They actually didn’t come forward. We found them and asked them what happened during the raids. They all told very similar stories. At first, the bodega owners didn’t want their names used because they feared the cops would retaliate. But as we found more and more merchants who had been victimized, we both circled back to them and told them they weren’t alone — that we had found many more. They then all agreed to go on the record, and some agreed to have their photos taken to accompany the story. The merchants felt empowered to speak up. They felt safe in numbers and they wanted to be heard.


At one point, you had nearly all of the police officers involved in the story off the street, but the one who allegedly had sexually assaulted several women during the raids. Why was it so important for you to tell that story?

Sexual assault is a crime and this cop had literally terrorized the three women we found. We felt that if this was any other man, not in law enforcement, he would have been charged with a crime and gone before a jury. These women did complain to authorities about the assaults and nothing was done. This was outrageous to us.   Video of one victim telling her story.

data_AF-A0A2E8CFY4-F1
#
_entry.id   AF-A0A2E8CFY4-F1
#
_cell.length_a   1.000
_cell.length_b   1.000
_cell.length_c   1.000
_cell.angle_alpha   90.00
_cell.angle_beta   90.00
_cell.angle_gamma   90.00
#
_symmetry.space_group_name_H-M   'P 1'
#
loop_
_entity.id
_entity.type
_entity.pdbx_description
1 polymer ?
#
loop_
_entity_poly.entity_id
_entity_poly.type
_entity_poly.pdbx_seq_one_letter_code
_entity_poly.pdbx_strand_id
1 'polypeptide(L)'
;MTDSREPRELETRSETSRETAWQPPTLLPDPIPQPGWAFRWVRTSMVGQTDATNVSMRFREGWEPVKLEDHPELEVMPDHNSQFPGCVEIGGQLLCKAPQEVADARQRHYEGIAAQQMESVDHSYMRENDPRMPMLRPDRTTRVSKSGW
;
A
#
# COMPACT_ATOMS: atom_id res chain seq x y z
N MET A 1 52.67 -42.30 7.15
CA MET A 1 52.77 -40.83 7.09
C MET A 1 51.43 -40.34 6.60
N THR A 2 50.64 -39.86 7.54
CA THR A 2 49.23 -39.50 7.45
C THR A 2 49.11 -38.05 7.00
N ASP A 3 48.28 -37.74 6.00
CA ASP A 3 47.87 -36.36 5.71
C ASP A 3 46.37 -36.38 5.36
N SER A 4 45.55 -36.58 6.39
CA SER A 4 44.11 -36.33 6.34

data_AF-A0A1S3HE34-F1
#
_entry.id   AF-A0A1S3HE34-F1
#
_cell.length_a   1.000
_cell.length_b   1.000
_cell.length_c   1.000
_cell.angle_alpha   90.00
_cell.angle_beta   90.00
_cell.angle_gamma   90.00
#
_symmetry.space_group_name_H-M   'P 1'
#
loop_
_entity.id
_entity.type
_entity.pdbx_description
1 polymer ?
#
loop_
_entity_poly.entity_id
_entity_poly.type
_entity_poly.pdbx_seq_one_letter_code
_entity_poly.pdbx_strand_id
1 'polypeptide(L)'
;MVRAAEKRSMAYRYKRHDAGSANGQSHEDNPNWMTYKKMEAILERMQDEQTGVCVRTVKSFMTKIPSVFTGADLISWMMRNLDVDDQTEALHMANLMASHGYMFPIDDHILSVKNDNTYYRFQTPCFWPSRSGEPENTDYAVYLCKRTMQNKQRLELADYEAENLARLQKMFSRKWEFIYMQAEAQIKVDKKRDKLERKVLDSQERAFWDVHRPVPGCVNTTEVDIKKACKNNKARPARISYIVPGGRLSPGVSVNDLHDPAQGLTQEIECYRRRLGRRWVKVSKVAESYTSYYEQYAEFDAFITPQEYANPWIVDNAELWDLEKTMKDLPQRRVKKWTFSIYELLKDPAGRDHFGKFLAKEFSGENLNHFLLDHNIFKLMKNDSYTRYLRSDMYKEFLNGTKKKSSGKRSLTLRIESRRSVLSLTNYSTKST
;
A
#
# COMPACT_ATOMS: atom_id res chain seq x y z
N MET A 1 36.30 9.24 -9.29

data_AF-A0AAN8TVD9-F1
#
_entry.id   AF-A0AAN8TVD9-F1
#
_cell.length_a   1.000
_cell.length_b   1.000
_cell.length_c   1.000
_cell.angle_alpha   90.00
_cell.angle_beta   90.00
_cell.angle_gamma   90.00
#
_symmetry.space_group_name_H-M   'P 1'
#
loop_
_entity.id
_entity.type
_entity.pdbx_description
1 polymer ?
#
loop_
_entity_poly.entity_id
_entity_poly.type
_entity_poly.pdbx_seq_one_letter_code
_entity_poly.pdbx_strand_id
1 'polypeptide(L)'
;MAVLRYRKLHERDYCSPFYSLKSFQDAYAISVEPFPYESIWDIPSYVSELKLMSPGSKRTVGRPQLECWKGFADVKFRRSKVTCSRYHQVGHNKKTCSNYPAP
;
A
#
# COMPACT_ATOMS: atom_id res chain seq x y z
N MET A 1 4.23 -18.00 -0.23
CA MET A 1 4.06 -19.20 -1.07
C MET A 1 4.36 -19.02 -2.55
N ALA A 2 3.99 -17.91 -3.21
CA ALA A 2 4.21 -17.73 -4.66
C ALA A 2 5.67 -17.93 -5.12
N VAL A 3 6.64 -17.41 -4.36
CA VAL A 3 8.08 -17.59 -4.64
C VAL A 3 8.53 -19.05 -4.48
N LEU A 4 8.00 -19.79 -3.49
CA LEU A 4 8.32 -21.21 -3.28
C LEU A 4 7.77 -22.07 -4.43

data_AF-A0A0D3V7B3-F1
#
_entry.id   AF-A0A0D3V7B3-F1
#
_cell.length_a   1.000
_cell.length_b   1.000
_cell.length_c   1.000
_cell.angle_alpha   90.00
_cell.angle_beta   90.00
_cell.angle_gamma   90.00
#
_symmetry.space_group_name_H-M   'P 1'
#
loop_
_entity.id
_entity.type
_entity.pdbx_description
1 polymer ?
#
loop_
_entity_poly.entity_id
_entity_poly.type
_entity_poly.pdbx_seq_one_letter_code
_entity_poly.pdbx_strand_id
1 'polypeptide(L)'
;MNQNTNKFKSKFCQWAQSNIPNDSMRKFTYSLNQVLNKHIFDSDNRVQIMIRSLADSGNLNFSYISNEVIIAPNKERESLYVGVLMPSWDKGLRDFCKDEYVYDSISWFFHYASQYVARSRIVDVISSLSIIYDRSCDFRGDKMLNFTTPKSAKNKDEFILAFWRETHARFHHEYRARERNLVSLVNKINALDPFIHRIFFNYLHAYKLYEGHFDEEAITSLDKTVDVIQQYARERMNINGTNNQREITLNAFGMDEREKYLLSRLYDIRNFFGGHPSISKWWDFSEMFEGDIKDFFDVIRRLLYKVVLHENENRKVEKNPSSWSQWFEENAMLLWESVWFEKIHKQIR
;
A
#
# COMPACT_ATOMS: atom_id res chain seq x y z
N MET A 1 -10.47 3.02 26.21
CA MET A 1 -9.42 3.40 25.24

The work you did to uncover the police wrongdoing was nothing short of exhausting. At one point, you literally marked a radius on the map and canvassed a neighborhood, returning to one empty apartment over and over again. What drove you both in your work?

We believed in this series and saw it as important work. The people who had been victimized had been dismissed by authorities even after they filed complaints. The bodega owners and women had no criminal records, yet they felt as if their complaints didn’t matter and the police would be protected. We felt it was our duty, as journalists and women, to make sure their voices were heard. We became obsessed in our mission to find them and tell their stories.